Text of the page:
At the other end of the spectrum, Bottom 20s exude negativism, slow down decision-making and thwart open discussion. They zap energy and dampen the enthusiasm of others, including their direct reports and others in their department. They often bring up the past and go off on unproductive tangents. Bottom 20s tend to react emotionally rather than logically to points of view different from their own, thus smothering what might be the next big idea before it gets a fair shot. That means lost opportunity and money left on the table.

Bottom 20s in the C-suite have a toxic effect on the entire organization, since behaviors that originate there filter down through the organization, where they are repeated and magnified. When you allow Bottom 20s on the senior team, it sends a message that people can whine, complain and treat others however they want, as long as they get results. Eventually, the company learns that the results are not sustainable, and that they have been achieved at a cost that includes damage to morale, loss of talent and the high price of rebuilding.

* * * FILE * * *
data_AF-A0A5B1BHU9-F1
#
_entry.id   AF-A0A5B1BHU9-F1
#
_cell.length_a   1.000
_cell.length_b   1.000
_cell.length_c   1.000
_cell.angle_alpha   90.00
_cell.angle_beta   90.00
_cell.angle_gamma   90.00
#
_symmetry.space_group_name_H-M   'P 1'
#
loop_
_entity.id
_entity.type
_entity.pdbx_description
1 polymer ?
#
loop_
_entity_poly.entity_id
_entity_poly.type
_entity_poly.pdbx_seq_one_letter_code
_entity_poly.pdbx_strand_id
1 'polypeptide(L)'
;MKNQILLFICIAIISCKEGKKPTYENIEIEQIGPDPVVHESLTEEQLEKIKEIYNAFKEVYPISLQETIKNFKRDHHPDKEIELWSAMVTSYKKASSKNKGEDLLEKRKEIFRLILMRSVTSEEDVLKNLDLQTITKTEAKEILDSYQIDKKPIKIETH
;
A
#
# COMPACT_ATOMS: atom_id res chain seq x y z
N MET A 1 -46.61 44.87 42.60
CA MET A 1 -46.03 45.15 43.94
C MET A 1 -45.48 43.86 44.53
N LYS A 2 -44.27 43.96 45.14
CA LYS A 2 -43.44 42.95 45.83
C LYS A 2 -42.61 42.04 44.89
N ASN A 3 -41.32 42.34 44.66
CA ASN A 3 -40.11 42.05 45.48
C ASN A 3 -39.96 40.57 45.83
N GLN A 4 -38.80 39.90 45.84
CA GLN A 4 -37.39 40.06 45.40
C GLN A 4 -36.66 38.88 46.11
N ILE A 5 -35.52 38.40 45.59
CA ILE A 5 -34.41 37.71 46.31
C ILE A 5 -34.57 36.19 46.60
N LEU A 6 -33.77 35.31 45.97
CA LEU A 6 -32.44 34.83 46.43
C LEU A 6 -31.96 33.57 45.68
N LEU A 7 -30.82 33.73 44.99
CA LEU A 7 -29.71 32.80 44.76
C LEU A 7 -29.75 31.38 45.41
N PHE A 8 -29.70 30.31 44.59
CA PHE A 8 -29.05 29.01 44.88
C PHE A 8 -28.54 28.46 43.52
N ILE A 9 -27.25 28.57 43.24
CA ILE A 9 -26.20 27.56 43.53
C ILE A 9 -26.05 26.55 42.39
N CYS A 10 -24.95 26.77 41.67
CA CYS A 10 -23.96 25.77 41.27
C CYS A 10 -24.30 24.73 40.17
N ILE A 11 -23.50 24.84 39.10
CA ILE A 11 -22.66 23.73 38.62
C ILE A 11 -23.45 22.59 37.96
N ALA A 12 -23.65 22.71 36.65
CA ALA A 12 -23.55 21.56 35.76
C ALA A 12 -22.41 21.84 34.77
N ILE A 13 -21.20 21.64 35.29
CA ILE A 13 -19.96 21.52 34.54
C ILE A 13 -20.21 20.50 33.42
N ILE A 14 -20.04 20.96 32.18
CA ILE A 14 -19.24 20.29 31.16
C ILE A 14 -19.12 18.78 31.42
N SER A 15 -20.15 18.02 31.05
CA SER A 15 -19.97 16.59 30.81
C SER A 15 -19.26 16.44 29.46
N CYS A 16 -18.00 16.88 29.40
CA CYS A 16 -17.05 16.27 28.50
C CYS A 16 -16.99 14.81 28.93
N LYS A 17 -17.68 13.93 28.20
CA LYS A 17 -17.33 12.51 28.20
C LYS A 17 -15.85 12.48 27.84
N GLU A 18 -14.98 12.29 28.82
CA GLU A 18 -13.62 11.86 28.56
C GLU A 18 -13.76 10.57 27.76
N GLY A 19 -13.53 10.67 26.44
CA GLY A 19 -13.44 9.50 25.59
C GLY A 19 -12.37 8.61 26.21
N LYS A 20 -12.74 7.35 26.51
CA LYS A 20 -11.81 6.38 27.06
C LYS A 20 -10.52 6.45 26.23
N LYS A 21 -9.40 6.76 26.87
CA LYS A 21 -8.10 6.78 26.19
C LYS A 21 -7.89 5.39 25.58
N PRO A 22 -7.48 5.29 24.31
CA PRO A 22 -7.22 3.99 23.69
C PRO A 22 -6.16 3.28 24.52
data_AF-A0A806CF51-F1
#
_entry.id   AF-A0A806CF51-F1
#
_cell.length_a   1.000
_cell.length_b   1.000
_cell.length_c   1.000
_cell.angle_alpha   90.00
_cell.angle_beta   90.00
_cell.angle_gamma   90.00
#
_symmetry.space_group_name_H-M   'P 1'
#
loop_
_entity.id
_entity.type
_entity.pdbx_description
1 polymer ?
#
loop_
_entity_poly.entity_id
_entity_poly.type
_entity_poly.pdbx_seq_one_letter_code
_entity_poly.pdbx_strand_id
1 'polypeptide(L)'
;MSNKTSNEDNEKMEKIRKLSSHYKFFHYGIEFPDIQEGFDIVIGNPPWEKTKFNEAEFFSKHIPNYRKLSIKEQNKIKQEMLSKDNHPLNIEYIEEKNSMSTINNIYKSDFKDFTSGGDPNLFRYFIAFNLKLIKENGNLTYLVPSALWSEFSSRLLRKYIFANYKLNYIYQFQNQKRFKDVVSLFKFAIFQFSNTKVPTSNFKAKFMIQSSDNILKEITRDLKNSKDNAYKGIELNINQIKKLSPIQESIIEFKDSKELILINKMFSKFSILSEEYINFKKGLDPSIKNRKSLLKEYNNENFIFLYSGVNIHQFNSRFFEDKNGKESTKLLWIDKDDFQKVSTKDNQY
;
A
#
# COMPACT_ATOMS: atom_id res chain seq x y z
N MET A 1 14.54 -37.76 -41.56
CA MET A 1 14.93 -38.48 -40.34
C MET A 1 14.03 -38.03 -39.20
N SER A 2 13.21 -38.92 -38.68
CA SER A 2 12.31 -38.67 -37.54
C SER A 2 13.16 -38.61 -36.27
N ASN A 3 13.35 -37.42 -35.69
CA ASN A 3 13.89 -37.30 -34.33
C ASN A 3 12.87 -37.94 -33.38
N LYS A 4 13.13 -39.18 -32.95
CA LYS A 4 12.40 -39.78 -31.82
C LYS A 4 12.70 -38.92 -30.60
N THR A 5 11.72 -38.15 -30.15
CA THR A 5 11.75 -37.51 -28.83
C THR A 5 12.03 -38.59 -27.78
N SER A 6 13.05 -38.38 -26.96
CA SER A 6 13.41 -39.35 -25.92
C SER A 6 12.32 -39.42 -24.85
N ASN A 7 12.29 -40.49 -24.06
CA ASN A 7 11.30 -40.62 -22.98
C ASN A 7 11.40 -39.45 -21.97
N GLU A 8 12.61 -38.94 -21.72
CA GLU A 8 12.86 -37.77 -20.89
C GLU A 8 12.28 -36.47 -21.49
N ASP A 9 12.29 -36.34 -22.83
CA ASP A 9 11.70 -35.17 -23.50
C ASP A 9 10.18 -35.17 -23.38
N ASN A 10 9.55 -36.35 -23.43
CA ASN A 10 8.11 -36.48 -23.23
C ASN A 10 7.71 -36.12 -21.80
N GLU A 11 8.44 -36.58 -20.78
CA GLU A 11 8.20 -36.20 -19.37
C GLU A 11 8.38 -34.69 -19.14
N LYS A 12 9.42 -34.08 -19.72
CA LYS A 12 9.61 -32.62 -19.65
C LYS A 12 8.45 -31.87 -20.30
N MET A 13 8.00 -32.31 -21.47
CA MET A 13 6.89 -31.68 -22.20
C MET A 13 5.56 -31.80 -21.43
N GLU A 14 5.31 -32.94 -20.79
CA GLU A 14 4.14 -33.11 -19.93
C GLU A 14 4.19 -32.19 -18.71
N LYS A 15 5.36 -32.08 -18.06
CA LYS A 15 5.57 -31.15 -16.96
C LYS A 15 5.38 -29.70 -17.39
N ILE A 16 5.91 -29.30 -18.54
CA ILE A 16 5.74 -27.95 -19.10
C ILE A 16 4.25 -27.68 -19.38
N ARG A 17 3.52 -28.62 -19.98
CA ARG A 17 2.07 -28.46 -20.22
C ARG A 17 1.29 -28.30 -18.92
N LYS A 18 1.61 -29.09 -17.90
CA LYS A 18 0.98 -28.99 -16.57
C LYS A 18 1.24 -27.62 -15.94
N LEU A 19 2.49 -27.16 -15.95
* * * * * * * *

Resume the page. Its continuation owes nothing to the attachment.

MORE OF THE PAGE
While both Top 20s and Bottom 20s challenge the CEO, they have different motives. Top 20s want to make a decision and move forward. Bottom 20s want to maintain the status quo or go back to the way things used to be.

If you’re wondering how Bottom 20 individuals made their way to the C-suite in the first place, it’s often because they achieved results and got promoted. While they might once have been forward thinking, they changed through the years, and now are doing more harm than good.

It’s not unreasonable for CEOs to have behavioral expectations for their team, as well as financial and results-oriented expectations. In his book “Eleven Rings: The Soul of Success,” Phil Jackson, long-time NBA coach, recounted telling Michael Jordan that the team would only win championship rings if Jordan helped others on the team perform their best.

Although the best companies have only Top 20s on the senior leadership team, sometimes there are none available to perform a necessary function. In that case, a couple Middle 60s won’t hurt performance. Although Middle 60s are reluctant to offer their opinions and avoid taking risks, they also are loyal, work hard, and can get good results. When there is a critical mass of Top 20s on the team, Middle 60s are likely to emulate them.